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  • Pampa-Good Vibes! Something Really Good Is Happening To Babies This Pandemic

    It’s the good news we’re thankful for during these trying times.
    by Rachel Perez .
Pampa-Good Vibes! Something Really Good Is Happening To Babies This Pandemic
PHOTO BY Photo by Jonathan Borba from Pexels
  • In many countries today, hospitals are reporting a decrease in premature births. They don’t know the cause, but it could be a positive effect of the pandemic. 

    In Denmark, premature babies born less than 28 weeks of gestation dropped by 90% during the country’s month-long lockdown. In a region of Ireland, the rate of preemies with very low birth weight (babies born weighing less than 5.5 pounds) was down by 73% between January and April compared with averages the last two decades.

    Doctors in parts of Canada, Australia, and the Netherlands and one or two states in the U.S. see lower numbers of preemies according to a report on The New York Times. This trend suggests the phenomenon may have been widespread, though not universal.

    What other parents are reading

    Extremely preterm babies need more care

    Typically, a pregnancy is considered full-term when the mother gives birth between 38 weeks to 40 weeks gestation. If you give birth earlier than that or three weeks before the baby is due, your little one is considered premature. 

    A late preterm baby or babies born between 34 weeks to 36 weeks will have different needs from an extremely preterm infant or an infant born before 25 weeks gestation. (Click here to see the classifications of premature infants.)

    According to the U.S. Centers for Disease Control and Prevention (CDC), babies born premature, especially before 32 weeks, are at higher risk of vision and hearing problems, cerebral palsy, and death. Having fewer premature babies is a welcome change. 


    Why there are fewer preemie babies during the pandemic

    Researchers from Demark and Ireland admit that each of their studies is small and has not been peer-reviewed. They’ve joined forces to dig deeper into this good phenomenon. But in their research, they have speculated on the possible reasons for the decrease in premature births. These include: 

    What other parents are reading

    Less air pollution

    During the lockdown, fewer people are allowed to go out. There was no transportation, which meant fewer gas-powered vehicles ran and the air was much cleaner because of it. Studies have shown the air pollution affects the health of the pregnant mother and unborn baby.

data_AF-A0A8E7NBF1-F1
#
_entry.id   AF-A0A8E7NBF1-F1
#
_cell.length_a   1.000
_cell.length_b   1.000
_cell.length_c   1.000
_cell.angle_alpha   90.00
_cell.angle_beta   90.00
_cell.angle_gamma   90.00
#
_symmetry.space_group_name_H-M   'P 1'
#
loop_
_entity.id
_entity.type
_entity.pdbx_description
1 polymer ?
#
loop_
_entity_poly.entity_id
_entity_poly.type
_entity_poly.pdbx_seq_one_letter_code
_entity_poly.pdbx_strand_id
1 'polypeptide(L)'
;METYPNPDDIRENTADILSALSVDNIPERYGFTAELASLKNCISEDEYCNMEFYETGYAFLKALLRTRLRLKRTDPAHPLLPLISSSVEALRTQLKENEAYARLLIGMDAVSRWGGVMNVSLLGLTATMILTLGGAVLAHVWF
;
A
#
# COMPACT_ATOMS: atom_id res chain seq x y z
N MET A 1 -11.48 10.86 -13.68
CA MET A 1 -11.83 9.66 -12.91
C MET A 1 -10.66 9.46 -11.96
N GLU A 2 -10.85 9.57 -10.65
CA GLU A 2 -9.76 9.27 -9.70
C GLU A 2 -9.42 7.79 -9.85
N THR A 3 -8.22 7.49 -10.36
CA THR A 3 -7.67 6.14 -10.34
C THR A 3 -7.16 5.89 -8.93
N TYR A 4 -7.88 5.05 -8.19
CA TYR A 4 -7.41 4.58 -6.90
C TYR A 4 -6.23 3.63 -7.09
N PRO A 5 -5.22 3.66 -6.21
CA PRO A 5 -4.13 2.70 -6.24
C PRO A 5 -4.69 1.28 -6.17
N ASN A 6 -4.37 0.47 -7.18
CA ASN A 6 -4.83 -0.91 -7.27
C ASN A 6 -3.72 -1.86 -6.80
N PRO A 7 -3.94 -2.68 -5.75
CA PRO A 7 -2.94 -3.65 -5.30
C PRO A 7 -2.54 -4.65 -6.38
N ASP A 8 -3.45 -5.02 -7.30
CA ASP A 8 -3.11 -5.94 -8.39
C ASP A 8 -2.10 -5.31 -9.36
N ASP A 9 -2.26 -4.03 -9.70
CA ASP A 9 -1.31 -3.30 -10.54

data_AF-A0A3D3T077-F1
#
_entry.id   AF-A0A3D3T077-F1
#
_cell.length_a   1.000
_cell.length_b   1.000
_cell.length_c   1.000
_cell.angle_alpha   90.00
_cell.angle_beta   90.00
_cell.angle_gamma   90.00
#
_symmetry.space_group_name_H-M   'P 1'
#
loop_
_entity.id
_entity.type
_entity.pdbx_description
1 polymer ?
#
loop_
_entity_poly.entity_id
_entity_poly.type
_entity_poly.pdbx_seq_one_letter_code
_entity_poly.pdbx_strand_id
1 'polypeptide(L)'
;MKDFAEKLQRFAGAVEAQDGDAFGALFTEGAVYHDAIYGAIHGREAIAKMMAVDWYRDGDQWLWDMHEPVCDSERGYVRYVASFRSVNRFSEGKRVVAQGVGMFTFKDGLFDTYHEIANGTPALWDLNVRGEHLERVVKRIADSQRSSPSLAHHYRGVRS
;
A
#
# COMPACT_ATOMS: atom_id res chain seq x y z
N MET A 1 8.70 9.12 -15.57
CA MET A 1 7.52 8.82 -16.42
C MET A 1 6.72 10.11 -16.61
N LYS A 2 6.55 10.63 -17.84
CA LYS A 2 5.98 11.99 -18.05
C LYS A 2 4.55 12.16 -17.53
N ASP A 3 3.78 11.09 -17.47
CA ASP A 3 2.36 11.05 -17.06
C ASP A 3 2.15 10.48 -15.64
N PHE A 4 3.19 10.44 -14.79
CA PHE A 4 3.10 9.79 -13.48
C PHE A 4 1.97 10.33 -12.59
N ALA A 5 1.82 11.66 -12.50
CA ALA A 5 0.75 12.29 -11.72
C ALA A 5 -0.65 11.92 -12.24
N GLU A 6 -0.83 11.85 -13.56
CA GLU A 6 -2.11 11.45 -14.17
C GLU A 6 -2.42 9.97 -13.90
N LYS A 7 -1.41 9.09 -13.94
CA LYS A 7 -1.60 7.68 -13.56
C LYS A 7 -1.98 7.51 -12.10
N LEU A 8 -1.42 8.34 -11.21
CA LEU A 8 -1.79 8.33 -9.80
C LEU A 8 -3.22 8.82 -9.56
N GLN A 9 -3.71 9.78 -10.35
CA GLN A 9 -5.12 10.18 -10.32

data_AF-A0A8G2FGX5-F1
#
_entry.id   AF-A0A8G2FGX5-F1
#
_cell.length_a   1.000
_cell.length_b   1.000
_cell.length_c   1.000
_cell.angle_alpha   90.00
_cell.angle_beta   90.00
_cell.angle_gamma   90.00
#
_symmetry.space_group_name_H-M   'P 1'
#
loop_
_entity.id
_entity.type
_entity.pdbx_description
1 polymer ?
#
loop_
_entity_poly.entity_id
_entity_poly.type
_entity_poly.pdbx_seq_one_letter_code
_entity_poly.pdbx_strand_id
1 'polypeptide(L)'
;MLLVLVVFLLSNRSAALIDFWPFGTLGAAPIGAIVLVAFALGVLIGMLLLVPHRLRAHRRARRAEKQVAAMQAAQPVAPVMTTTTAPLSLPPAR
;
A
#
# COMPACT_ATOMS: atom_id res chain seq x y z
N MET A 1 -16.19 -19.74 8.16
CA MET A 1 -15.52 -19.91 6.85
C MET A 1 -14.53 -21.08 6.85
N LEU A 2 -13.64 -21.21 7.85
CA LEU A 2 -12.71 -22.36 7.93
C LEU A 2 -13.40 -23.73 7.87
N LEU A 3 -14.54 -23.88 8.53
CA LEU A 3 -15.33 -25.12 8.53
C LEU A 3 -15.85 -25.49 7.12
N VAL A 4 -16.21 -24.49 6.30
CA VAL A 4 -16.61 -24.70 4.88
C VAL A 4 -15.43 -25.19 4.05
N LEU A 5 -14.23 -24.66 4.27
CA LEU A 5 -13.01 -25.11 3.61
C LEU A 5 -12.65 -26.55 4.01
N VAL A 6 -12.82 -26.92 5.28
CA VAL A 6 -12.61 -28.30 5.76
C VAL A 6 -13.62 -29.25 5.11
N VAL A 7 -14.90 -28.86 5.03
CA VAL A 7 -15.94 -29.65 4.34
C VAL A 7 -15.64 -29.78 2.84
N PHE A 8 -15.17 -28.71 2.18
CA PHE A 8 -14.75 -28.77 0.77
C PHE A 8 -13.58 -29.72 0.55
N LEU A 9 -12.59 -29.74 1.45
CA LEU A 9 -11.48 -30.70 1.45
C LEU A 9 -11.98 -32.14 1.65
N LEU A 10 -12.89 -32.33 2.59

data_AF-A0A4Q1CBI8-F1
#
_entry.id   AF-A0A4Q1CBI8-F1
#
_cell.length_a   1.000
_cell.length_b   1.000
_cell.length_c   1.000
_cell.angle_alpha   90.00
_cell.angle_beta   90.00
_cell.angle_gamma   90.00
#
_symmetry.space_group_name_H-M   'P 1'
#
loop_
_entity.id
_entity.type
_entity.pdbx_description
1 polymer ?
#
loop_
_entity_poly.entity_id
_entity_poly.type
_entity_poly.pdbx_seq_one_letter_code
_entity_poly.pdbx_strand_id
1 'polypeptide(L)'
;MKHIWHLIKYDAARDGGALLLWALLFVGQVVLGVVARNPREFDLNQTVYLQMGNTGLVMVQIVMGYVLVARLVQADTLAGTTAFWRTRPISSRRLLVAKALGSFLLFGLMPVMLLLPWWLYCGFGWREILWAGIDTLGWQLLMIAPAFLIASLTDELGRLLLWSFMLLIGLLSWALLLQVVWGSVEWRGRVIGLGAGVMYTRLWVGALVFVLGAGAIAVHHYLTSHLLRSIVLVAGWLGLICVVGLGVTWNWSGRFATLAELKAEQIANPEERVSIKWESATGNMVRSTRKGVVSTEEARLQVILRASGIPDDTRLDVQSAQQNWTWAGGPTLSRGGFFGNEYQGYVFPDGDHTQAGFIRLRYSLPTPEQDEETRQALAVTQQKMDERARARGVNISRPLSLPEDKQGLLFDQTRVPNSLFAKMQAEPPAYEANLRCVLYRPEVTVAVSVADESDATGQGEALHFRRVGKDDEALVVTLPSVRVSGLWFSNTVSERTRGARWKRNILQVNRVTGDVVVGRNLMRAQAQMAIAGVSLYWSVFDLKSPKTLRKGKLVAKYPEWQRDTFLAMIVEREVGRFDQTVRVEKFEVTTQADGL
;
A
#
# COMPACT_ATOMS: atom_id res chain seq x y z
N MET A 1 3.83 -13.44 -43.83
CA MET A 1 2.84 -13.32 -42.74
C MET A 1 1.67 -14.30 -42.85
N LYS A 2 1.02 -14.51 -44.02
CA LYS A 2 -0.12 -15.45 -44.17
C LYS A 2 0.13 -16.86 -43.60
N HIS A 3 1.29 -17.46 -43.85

Reduced infections

    Hand hygiene is the best vaccine, and everyone can do it for free. Moms-to-be especially are extra careful not to get sick not only with COVID-19 but also with anything that would warrant them to go to the hospitals to avoid possible exposure to COVID-19 patients. Fewer infections may mean lower chances of inducing birth

    Stress-free pregnancy

    The pandemic can cause many people to stress due to loss of income, job security, and not being able to hug family and friends. But to some, the lockdown has forced them to slow down. Preggos are forced to stay at home and take it easy — sleep and rest. They also get to avoid commuting. Some studies suggest that stress affects the baby in the womb and a factor in the increase in preterm births. 

    What other parents are reading

    More preggos feel supported

    Since dads-to-be are also home or working from home, dads can be more involved in the pregnancy journey. Studies have shown that when fathers are engaged, moms feel better and are not stressed. It’s also why holding your partner’s hand somehow eases labor pain. Having involved dads offers many benefits for the kids as well.

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    Some doctors are also noting that couples who had difficulty getting pregnant conceived during the lockdown. It’s perhaps not only because they had more time for baby-making sex at home, but also because the pandemic has eliminated some of the stressors we encounter daily.

    What other parents are reading

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